Joseph was awarded a ‘Silver War Badge’, which he was entitled to wear at all times when in civilian clothing. The importance of this was that it gave recognition that he had served in the Army and had been honourably discharged because of wounds.

This was to prevent him being branded a coward, because it had been the practice of some women to present white feathers to apparently able-bodied young men who were not wearing the King's uniform.

Back home Joseph was unable to work because of his injuries. He committed suicide on February 2nd 1919. His body was found by his elder brother Alfred in a field ‘’lying in the green broom [this is a type of small bush] in Pigeon House Park, with his throat cut and a razor laying nearby’’.

He was fully dressed with his cap on and it was possible to determine that he had sat down in the middle of the field before using the razor.

At the Inquest the Coroner returned a verdict of suicide while temporarily insane ‘’He thought what led to the deceased committing the act was that his pension was gradually decreasing, and being a disabled man, he could not see anything in front of him.’’

The Coroner went onto say that he would ‘’represent the facts of the case to the War Office, in the hope of it leading to something better being done for other poor lads who had fought for their King and country and been disabled.’’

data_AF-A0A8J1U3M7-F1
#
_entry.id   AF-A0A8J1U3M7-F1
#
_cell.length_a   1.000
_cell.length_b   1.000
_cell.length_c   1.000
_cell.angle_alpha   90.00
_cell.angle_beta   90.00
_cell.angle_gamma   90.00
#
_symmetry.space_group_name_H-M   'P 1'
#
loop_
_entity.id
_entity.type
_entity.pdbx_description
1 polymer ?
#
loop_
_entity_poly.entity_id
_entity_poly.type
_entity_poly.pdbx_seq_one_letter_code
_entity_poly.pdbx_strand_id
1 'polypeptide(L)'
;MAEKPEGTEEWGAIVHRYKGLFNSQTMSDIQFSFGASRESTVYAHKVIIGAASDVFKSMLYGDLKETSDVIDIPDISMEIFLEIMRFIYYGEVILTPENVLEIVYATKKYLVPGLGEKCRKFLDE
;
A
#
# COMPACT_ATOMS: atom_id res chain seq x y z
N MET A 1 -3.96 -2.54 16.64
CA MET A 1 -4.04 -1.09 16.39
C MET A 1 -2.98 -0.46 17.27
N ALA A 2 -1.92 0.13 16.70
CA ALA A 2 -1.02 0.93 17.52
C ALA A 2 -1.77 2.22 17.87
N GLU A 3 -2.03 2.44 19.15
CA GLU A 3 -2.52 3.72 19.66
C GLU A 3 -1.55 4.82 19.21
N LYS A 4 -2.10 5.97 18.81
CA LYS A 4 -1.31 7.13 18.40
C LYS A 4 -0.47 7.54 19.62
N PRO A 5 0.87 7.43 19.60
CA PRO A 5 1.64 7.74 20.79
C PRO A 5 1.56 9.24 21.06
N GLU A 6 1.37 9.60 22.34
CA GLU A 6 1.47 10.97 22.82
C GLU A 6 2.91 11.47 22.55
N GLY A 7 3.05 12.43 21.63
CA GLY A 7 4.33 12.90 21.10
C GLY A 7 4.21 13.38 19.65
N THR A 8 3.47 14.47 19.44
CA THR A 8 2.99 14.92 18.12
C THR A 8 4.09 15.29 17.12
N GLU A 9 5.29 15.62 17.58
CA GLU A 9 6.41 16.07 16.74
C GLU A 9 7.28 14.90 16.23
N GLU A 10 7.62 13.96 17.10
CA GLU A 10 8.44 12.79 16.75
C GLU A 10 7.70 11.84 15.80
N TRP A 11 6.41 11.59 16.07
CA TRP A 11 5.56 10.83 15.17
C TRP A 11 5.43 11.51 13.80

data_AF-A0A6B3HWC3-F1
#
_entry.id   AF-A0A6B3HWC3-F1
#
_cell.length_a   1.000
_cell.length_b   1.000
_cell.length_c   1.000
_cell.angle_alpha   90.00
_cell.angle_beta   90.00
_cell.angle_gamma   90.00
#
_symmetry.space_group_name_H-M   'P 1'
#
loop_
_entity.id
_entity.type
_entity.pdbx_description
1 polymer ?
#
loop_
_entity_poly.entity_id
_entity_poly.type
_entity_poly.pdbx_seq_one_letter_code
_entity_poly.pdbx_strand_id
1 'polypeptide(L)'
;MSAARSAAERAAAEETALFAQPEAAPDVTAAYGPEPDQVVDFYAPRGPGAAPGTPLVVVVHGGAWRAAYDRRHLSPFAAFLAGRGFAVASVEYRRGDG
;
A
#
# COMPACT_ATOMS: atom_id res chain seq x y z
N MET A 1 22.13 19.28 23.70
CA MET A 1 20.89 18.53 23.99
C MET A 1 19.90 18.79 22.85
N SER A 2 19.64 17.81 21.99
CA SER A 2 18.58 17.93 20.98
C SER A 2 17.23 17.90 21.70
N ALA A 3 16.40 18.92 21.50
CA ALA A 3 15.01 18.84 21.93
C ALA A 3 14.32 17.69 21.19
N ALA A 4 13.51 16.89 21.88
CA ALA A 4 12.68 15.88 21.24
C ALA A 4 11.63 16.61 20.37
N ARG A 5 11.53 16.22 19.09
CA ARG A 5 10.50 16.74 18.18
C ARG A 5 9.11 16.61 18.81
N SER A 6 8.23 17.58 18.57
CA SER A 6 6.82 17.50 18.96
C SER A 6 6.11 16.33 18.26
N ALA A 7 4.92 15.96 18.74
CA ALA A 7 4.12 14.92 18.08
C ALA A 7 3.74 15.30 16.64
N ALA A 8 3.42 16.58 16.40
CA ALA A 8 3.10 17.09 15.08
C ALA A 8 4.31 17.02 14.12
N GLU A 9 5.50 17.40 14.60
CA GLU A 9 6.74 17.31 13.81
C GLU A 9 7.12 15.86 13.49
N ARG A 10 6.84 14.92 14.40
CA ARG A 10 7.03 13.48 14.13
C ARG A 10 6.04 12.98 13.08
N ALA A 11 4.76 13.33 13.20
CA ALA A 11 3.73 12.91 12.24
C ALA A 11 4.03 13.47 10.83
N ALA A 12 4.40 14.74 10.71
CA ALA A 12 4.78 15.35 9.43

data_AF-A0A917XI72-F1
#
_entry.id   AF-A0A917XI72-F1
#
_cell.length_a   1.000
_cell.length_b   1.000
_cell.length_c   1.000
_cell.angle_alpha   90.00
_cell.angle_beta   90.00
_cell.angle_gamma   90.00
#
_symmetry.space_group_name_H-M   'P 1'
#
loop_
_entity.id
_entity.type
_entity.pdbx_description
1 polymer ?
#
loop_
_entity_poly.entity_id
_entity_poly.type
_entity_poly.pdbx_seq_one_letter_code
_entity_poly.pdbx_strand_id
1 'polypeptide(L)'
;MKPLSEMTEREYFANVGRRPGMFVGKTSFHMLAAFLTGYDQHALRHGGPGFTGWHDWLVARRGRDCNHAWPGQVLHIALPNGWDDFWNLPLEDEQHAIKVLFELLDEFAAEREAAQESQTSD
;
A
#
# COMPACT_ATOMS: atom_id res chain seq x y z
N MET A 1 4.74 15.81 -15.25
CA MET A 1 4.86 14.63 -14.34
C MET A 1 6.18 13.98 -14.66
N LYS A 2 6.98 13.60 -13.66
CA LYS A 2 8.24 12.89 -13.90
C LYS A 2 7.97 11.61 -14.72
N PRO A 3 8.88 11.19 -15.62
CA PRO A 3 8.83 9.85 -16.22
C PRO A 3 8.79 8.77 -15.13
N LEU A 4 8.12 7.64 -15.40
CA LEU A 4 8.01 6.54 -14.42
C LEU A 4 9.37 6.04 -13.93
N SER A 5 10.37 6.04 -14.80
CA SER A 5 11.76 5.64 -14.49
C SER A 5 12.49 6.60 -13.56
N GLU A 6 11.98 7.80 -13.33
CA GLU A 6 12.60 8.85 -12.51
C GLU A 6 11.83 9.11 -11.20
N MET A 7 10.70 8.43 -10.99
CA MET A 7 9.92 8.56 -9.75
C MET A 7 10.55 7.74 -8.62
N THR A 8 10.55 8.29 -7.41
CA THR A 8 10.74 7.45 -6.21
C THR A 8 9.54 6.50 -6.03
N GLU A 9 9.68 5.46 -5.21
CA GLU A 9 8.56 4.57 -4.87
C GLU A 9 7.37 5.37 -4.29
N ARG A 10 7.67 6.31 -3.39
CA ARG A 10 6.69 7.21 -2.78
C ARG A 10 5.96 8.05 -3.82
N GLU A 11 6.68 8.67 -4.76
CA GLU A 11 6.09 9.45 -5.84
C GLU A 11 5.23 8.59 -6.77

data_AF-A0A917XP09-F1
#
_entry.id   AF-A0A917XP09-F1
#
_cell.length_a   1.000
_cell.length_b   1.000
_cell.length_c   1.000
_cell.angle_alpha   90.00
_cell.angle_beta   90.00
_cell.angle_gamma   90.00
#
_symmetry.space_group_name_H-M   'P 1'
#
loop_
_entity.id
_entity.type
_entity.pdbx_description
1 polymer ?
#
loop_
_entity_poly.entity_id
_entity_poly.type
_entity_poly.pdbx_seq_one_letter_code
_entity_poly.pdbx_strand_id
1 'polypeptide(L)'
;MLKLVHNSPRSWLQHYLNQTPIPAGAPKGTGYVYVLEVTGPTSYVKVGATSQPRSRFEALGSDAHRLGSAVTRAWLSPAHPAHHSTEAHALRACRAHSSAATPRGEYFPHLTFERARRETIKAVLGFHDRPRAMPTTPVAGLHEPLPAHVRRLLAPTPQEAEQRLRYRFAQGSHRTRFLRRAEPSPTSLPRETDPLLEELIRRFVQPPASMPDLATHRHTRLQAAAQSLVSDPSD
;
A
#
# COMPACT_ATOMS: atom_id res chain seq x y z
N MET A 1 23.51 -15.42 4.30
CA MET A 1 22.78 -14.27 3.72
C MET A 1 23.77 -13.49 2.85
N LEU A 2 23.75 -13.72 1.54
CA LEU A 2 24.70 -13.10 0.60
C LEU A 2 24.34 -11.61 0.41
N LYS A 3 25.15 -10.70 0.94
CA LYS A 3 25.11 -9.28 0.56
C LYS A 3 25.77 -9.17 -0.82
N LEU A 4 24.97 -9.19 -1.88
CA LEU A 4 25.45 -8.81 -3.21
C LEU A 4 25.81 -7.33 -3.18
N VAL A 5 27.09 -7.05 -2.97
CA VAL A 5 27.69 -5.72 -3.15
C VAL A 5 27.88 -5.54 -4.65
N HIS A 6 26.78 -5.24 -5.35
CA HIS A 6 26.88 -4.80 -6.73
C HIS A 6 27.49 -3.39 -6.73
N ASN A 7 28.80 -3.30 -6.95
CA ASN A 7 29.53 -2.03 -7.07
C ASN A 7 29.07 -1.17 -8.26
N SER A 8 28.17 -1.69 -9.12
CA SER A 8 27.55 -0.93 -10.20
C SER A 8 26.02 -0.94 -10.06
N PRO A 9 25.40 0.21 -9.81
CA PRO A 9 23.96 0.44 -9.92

After his discharge Joseph had apparently initially been granted a weekly pension of 27s. 6d. That only lasted for five or six weeks before the pension was reduced to 13s. 9d. per week until December 18th 1918, a year after his discharge.

Then it was further reduced to 11s. per week. His reaction to that had been to say ‘This is something for a man who has been and done his bit.’ Shortly before committing suicide Joseph had been to an Appeals Tribunal in Aylesbury, who had turned down hi application to have his pension increased.

What the coroner did not say, but which seems to be important, was that Joseph’s home circumstances must have had a bearing on his thinking. His father had recently died, and with three crippled brothers his elder brother Alfred already had a large family to support via the family’s fruiterer’s business.

Joseph must have seen himself as an additional and intolerable further burden on the family. And this together with his own sense of worthlessness led him to commit his final act of self-destruction.

Joseph was buried in Little Marlow Cemetery on 8th February 1919. For his service to his country Joseph was awarded with the Victory Medal and the British Medal. He is remembered on both the War Memorials at Flackwell Heath and Little Marlow.

He is also remembered on the Roll of Honour in St John the Baptist church in Little Marlow, but he is not remembered by the Commonwealth War Graves Commission.

Feedback After seeing the story two weeks ago on Dexter’s engineering firm, reader Mike Gillett contacted us to say that his maternal grandmother Keziah (always known as Kitty) Palmer, nee Dean, is in the photograph.

She is the short lady in the middle of the second row from the back, between two taller men wearing caps. Kitty lived at 5 Castle Place, High Wycombe, which is where Mike was born.

Mike has told us that there was a shell case from Dexter’s in the front room, which was used as a door stop. He also remembers that during WWII his grandmother would take him up Castle Place, across the footbridge over the railway to sit on the top step, from where they could look east along the railway track and see the glow in the sky from fires in London resulting from German bombing raids.